Belfast Telegraph

Northern Ireland manager Michael O'Neill: Let's stand tall and deliver

By Stuart McKinley

Being manager of a Northern Ireland team that struggles to find the net isn't a problem unique to Michael O'Neill.

Even when Billy Bingham led the country through the glory days of the 1980s, just six goals in eight games was enough to qualify for the 1982 World Cup. The team did slightly better with eight in as many games in the 1986 campaign.

Then there is the Sammy McIlroy era. Two years, 12 and a half games, 1,298 minutes of play and the entire Euro 2004 qualifying series went by without a single goal being scored.

O'Neill's team hasn't scored in their last three games, with the most recent goal coming from Steven Davis in a 1-1 draw away to Israel last October and Northern Ireland will face Chile in the early hours of tomorrow morning (1am BST) having not netted in an away friendly since a 2-1 win over Finland back in August 2006 – a month before the famous 3-2 win over Spain.

Thankfully O'Neill has a plan that he hopes will cure the age old goalscoring problem – set-pieces could hold the key, according to the boss.

O'Neill does not hide from the challenge facing his side, one that has existed for Northern Ireland ever since David Healy's remarkable scoring streak dried up and he believes free-kicks and corners are part of the solution.

That sounds good in theory. In practice, Gareth McAuley scored from set-pieces against both Portugal and Luxembourg, but it's not that common an occurance.

And that's also part of the reason why O'Neill has still only experienced one victory – a World Cup qualifying win against Russia last August – in 17 games as Northern Ireland boss.

"The reason it's difficult for us to win games at this moment in time is pure and simple: we struggle to put the ball in the net," said O'Neill.

"It's not a tactical issue, it's a personnel issue. When you have that scenario it's going to be hard to win games, simple as that.

"Northern Ireland need to start scoring more from set-pieces and that's based on two things: quality of delivery and attacking the ball.

"Look at our game against Portugal last year, 4-2, our goals were both from set-pieces and three of theirs were. The Champions League final, Atletico Madrid versus Real Madrid, both scored from set-pieces.

"It's a huge, huge part of the game."

O'Neill has spent plenty of time with his players attempting to increase their threat from dead balls and will continue to do so as Euro 2016 qualification hovers into view, with the opening game away to Hungary in September, with Greece, Romania, Finland and the Faroe Islands also in the group.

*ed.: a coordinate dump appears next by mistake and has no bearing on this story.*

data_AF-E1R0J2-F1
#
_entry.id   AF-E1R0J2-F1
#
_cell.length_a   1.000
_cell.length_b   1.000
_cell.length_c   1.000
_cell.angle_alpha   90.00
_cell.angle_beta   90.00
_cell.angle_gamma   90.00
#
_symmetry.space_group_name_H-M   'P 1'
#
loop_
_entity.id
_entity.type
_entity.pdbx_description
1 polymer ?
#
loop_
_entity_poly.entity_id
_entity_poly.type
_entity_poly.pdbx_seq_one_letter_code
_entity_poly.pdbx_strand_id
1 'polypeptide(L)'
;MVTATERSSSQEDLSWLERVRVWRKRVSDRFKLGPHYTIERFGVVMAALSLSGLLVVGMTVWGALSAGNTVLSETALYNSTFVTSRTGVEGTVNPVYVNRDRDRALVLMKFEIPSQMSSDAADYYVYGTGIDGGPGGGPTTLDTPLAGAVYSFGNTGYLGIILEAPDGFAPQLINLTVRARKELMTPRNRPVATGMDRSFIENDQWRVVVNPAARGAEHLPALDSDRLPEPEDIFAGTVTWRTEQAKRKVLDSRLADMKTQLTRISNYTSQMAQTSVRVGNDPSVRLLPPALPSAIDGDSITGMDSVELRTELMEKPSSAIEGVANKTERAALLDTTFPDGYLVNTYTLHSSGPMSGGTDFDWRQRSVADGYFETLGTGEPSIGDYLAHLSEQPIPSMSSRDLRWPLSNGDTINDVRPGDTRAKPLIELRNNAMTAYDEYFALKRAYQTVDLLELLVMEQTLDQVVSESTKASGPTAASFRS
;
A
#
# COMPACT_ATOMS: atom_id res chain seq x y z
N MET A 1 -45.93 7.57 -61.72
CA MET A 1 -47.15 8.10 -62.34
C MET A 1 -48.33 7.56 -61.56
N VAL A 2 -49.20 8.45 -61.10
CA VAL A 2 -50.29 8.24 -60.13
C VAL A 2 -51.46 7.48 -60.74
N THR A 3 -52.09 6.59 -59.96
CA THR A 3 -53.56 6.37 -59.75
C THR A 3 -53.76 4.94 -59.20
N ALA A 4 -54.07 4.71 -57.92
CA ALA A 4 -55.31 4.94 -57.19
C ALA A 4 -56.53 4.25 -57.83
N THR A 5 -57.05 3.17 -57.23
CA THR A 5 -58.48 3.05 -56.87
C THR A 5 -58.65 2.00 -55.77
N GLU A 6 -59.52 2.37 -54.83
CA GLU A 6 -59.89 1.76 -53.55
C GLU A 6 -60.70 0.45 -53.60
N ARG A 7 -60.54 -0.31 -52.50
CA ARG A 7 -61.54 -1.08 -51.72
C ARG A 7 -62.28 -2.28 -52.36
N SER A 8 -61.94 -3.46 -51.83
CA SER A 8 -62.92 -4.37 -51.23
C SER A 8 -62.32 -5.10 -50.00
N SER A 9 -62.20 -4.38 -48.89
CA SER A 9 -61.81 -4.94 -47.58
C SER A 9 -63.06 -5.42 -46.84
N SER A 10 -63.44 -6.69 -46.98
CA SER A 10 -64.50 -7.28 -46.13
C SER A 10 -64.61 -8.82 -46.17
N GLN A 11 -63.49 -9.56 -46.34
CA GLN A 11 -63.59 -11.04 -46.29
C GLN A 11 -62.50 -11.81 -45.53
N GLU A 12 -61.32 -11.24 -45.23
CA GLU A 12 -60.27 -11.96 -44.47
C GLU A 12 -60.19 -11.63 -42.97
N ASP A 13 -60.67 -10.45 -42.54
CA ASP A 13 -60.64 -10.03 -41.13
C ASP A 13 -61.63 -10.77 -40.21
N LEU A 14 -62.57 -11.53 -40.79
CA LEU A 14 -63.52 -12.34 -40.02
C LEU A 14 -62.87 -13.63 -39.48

Despite his best intentions, O'Neill accepts his side are not naturally given to wreaking havoc in the opposition area.

"We're not the biggest team, we don't have many of those players," he said.

"When we're missing Jonny Evans and Gareth McAuley it's difficult for us at both ends of the pitch at set-pieces.

"We don't really have a defensive player who scores a lot of goals for their club from set-pieces, at the minute it's just not in the make-up of the squad, but it's definitely an area we can improve.

"Anything in the final third of the pitch we need to get better at and maximise. If you only have a certain percentage of ball in that area of the pitch you need to do more with it.

"We're going to need 1-0s, 1-1s. Greece won their group and scored 12 goals in qualifying for the World Cup. They won eight games and drew one scoring 12 goals.

"That's the kind of template we'll look to."

With Evans, McAuley, Alex Bruce, Craig Cathcart and Rory McArdle all absent from the trip, O'Neill was forced to blood Doncaster Rovers defender Luke McCullough against Uruguay.

The Portadown-born 20-year-old earned rave reviews after an impressive debut performance, but O'Neill is crossing his fingers he does not have to throw in another rookie against Chile.

Chris Baird is struggling to make the team for the match in Valparaiso, 70 miles from the Chilean capital Santiago, with tonsillitis and if he fails to make it, the manager faces a straight choice between Conor McLaughlin, who won only his second cap against Uruguay on Saturday morning and Fulham's untried 18-year-old Liam Donnelly.

"We haven't ruled Chris Baird out yet, we'll leave that until the last minute, but he is a serious doubt," said O'Neill.

"He had it before the first game but played extremely well and that maybe knocked him out a bit, what he put into that game.

"To be fair to Chris, many players probably would have asked to go home and he hasn't done that. He wanted to stay and give himself the best chance to play.

"For a senior player in particular that's encouraging. That's the type of example we want.

"He could get a flight home any time he wanted and he's chosen not to do that.

"Chris knows we need him to play so he's going to do everything possible."

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